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Calico Mountain Wilderness, BLM land in Nevada, by Kurt Kuznicki. Public domain image via Wikimedia Commons.

There’s a movement afoot that is incredibly frightening. Unbeknownst to most of us, the Bureau of Land Management (BLM) has proposed a series of initiatives of historic proportion that will expedite the removal of native vegetation across the intermountain West. The potential aggregate effects are staggering. And Nevada is at the bull’s eye.

According to a July 2020 press briefing held by a coalition of partners through the Southern Utah Wilderness Alliance, for decades the BLM has been destroying hundreds of thousands of acres of native vegetation like sagebrush, pinon pine and juniper through so-called “vegetation removal” projects, using huge chains, bulldog masticators, and front end loaders to crush and pulverize tree and plant life. They claim such projects improve wildlife habitat, increase forage for cows and wildlife and restore watersheds by reducing stream erosion and runoff.

The best available science as shown in Forest Ecology and Management 365 (pp. 34-50) and Jones, A Review of the Literature (February 2019) indicates that such projects often do more harm than good. Heavy machinery disturbs fragile soils, harms native wildlife habitat, increases invasive species prone to wildfire, and results in widely inconsistent results. Now the BLM is making the situation dramatically worse, and is seeking to shield future project planning from most public view and scientific scrutiny. It is also ratcheting up the pace and scale of such projects.

One new regulation would allow the BLM to pulverize pinyon pine forests up to 10,000 acres in size without any environmental analysis or public review. Another new regulation would exempt the removal of pinyon forests or sagebrush shrublands up to 4,500 acres from oversight. There is no limit on the number of these projects, so incrementally they will pot mark public lands in Nevada and across the West.  

Also exempted from scientific oversight and public review is a plan that allows the clearing of up to 11,000 miles of 500-foot wide “fuel breaks” in forest, sagebrush and grassland habitats across six western states, including Nevada, as well as a plan that allows the agency to execute vegetation removal projects across a 223 million-acre are in the same six state area.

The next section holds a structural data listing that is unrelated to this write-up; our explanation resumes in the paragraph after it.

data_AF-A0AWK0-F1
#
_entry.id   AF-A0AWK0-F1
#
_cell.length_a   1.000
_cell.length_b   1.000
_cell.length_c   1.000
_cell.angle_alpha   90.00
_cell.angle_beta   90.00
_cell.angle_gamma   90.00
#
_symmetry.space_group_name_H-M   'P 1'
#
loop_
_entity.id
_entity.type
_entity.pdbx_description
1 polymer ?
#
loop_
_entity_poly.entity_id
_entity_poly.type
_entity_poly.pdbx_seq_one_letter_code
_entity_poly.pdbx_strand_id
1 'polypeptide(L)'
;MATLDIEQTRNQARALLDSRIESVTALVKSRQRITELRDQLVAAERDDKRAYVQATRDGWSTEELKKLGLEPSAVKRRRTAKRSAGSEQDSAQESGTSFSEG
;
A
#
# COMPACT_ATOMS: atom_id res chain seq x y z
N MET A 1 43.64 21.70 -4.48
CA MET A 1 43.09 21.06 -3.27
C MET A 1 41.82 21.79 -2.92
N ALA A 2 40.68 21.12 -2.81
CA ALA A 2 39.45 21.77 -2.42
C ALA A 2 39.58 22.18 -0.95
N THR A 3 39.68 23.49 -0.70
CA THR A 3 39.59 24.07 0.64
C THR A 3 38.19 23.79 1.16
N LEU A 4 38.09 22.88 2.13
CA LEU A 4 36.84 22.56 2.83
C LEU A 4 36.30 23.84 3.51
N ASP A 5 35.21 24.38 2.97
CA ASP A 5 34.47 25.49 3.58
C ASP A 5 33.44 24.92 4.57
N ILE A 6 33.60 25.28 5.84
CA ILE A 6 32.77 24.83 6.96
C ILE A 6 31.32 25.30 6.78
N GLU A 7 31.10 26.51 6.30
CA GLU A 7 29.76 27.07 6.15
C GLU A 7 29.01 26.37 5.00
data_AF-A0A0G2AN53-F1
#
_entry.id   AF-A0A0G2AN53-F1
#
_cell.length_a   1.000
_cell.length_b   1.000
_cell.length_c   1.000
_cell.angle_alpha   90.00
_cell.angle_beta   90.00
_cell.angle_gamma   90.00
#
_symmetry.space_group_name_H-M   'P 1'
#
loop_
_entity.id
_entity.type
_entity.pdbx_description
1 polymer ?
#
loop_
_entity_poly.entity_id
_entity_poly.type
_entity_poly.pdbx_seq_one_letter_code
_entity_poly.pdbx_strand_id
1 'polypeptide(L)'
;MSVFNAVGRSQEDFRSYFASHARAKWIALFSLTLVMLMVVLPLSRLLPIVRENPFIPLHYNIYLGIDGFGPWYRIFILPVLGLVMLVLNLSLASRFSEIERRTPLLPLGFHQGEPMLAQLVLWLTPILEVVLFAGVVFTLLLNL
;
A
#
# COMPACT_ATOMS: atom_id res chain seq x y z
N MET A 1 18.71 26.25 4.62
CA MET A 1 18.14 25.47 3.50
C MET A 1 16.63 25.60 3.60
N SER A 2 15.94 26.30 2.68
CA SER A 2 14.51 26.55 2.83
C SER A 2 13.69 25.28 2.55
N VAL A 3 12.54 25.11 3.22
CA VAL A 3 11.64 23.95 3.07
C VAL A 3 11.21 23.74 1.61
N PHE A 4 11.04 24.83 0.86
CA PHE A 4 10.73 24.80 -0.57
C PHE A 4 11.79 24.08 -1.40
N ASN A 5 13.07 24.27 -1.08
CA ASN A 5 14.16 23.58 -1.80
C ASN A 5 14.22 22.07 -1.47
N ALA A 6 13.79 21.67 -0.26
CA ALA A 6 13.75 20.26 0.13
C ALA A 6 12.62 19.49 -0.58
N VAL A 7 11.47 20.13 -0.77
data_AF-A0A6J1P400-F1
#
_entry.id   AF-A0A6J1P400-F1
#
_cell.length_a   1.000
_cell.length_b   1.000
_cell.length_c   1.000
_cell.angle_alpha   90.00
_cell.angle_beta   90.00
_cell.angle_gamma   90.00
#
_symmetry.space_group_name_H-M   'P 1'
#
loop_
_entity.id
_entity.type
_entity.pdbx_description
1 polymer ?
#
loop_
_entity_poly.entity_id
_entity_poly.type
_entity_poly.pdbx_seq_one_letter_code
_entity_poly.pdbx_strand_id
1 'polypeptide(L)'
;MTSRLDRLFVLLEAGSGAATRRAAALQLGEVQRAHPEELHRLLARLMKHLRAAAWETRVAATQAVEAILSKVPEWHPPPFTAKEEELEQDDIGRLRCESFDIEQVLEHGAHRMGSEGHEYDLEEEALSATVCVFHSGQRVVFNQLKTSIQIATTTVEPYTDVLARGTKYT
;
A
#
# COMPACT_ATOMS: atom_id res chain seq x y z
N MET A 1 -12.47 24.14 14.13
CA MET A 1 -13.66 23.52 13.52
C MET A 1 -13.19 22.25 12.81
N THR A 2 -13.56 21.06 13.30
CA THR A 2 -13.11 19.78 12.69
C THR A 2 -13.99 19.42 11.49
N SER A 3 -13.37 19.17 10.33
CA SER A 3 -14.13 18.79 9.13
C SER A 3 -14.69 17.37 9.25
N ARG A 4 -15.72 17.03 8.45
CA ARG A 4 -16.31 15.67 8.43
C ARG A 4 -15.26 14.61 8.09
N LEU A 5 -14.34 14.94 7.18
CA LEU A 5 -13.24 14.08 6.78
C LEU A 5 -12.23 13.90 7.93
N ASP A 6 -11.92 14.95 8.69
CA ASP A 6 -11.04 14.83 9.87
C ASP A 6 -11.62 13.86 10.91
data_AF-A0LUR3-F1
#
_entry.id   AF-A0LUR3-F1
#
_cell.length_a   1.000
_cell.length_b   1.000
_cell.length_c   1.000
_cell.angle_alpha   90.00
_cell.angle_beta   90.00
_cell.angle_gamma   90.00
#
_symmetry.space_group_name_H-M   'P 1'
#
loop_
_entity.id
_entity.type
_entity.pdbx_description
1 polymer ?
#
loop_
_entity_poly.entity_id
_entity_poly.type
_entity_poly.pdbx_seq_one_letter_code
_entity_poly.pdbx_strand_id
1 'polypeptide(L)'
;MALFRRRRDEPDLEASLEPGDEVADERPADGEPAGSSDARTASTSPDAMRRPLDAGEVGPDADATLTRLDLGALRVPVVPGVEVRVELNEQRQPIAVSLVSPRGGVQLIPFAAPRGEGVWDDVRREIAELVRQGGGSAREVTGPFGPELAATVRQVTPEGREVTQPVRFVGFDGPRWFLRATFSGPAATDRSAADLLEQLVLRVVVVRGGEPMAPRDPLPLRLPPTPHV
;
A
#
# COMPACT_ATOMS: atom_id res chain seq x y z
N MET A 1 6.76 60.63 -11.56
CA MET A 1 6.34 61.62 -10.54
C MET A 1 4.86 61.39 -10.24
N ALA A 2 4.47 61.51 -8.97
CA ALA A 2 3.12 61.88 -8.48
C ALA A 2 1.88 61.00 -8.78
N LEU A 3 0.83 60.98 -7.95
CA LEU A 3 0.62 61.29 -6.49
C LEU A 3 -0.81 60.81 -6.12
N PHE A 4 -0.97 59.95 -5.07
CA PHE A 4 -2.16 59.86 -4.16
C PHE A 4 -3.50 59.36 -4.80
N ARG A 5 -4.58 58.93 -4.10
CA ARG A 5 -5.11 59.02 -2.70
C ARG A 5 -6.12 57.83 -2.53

Our public lands are a valued resource. During this coronavirus pandemic, visitation and recreational usage have increased dramatically as people seek respite from forced homebound isolation. We are delighted with the recent passage of the Great American Outdoors Act which now provides permanent funding for the Land and Water Conservation Fund, among other benefits. We know about Trump’s attack on the National Environmental Policy Act (NEPA) which requires review of the environmental impacts of proposed land-use projects, and his weakening of environmental regulations. Now, if these BLM initiatives are implemented, the impacts to native plant communities and wildlife as well as our unspoiled wild landscapes in the Great Basin and Colorado Plateau will be devastating.

Another often overlooked consideration of wide scale vegetation removal is that plants, especially trees, help to remove carbon pollution from the air. With ever-worsening climate change, thoughtless removal of these important carbon capturers is just plain foolish.

The BLM should halt these initiatives and put into place a set of policies to establish oversight, transparency, accountability, and a scientific framework for assessment and review.

Americans love our public lands, which is why we should be alarmed at the plan to remove scientific review and public input on the expansive clearcutting of our pinyon pine forests and sagebrush shrublands. Please call or write your members of Congress and let them know you disapprove of this secretive, dangerous plot by the BLM.

 Rita Ransom is a former science teacher, environmentalist, and member of the Southern Utah Wilderness Alliance, Sierra Club and Citizens’ Climate Lobby.

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